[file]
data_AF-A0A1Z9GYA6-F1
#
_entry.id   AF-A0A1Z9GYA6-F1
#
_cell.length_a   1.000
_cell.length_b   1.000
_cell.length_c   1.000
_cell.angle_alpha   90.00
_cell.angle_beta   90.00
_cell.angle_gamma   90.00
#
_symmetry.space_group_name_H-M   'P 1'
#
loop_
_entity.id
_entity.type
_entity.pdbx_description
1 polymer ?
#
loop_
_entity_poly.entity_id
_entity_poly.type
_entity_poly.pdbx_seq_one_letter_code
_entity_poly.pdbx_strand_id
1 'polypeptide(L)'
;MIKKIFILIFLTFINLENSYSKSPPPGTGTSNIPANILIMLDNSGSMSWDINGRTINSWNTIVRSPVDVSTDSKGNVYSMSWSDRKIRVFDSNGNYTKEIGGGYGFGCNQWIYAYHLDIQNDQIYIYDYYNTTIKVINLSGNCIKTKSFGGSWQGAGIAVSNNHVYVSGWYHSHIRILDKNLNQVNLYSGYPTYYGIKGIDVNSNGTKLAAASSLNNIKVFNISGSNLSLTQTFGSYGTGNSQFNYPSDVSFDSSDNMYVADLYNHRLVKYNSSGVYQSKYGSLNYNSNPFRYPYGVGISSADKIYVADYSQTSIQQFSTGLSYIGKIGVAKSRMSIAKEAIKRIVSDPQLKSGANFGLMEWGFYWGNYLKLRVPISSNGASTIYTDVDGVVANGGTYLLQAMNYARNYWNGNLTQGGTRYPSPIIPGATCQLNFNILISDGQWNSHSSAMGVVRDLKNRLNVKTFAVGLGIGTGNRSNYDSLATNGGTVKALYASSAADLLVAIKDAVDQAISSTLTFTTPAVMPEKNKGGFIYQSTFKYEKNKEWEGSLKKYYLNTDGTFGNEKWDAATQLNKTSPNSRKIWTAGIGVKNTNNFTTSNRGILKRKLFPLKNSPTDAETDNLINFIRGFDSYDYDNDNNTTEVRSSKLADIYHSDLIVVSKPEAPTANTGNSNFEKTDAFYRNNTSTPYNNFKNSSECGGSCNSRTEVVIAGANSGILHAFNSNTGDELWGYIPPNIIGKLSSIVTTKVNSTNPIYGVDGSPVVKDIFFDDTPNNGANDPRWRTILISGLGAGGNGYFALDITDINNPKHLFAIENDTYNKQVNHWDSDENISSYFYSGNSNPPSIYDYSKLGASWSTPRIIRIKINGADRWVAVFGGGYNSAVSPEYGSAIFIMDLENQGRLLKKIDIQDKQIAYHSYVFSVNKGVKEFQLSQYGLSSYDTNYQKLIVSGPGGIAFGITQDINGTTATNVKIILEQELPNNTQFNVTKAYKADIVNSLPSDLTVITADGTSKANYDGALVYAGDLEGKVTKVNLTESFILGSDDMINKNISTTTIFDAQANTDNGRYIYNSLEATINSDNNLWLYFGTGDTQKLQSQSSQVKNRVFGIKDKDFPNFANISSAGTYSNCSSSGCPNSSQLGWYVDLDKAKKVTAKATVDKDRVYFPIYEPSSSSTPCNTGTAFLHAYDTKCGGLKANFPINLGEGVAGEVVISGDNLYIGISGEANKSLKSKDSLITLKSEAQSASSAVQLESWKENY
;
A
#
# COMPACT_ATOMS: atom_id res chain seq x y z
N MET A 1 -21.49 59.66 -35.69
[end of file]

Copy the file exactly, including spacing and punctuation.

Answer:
data_AF-A0A1Z9GYA6-F1
#
_entry.id   AF-A0A1Z9GYA6-F1
#
_cell.length_a   1.000
_cell.length_b   1.000
_cell.length_c   1.000
_cell.angle_alpha   90.00
_cell.angle_beta   90.00
_cell.angle_gamma   90.00
#
_symmetry.space_group_name_H-M   'P 1'
#
loop_
_entity.id
_entity.type
_entity.pdbx_description
1 polymer ?
#
loop_
_entity_poly.entity_id
_entity_poly.type
_entity_poly.pdbx_seq_one_letter_code
_entity_poly.pdbx_strand_id
1 'polypeptide(L)'
;MIKKIFILIFLTFINLENSYSKSPPPGTGTSNIPANILIMLDNSGSMSWDINGRTINSWNTIVRSPVDVSTDSKGNVYSMSWSDRKIRVFDSNGNYTKEIGGGYGFGCNQWIYAYHLDIQNDQIYIYDYYNTTIKVINLSGNCIKTKSFGGSWQGAGIAVSNNHVYVSGWYHSHIRILDKNLNQVNLYSGYPTYYGIKGIDVNSNGTKLAAASSLNNIKVFNISGSNLSLTQTFGSYGTGNSQFNYPSDVSFDSSDNMYVADLYNHRLVKYNSSGVYQSKYGSLNYNSNPFRYPYGVGISSADKIYVADYSQTSIQQFSTGLSYIGKIGVAKSRMSIAKEAIKRIVSDPQLKSGANFGLMEWGFYWGNYLKLRVPISSNGASTIYTDVDGVVANGGTYLLQAMNYARNYWNGNLTQGGTRYPSPIIPGATCQLNFNILISDGQWNSHSSAMGVVRDLKNRLNVKTFAVGLGIGTGNRSNYDSLATNGGTVKALYASSAADLLVAIKDAVDQAISSTLTFTTPAVMPEKNKGGFIYQSTFKYEKNKEWEGSLKKYYLNTDGTFGNEKWDAATQLNKTSPNSRKIWTAGIGVKNTNNFTTSNRGILKRKLFPLKNSPTDAETDNLINFIRGFDSYDYDNDNNTTEVRSSKLADIYHSDLIVVSKPEAPTANTGNSNFEKTDAFYRNNTSTPYNNFKNSSECGGSCNSRTEVVIAGANSGILHAFNSNTGDELWGYIPPNIIGKLSSIVTTKVNSTNPIYGVDGSPVVKDIFFDDTPNNGANDPRWRTILISGLGAGGNGYFALDITDINNPKHLFAIENDTYNKQVNHWDSDENISSYFYSGNSNPPSIYDYSKLGASWSTPRIIRIKINGADRWVAVFGGGYNSAVSPEYGSAIFIMDLENQGRLLKKIDIQDKQIAYHSYVFSVNKGVKEFQLSQYGLSSYDTNYQKLIVSGPGGIAFGITQDINGTTATNVKIILEQELPNNTQFNVTKAYKADIVNSLPSDLTVITADGTSKANYDGALVYAGDLEGKVTKVNLTESFILGSDDMINKNISTTTIFDAQANTDNGRYIYNSLEATINSDNNLWLYFGTGDTQKLQSQSSQVKNRVFGIKDKDFPNFANISSAGTYSNCSSSGCPNSSQLGWYVDLDKAKKVTAKATVDKDRVYFPIYEPSSSSTPCNTGTAFLHAYDTKCGGLKANFPINLGEGVAGEVVISGDNLYIGISGEANKSLKSKDSLITLKSEAQSASSAVQLESWKENY
;
A
#
# COMPACT_ATOMS: atom_id res chain seq x y z
N MET A 1 -21.49 59.66 -35.69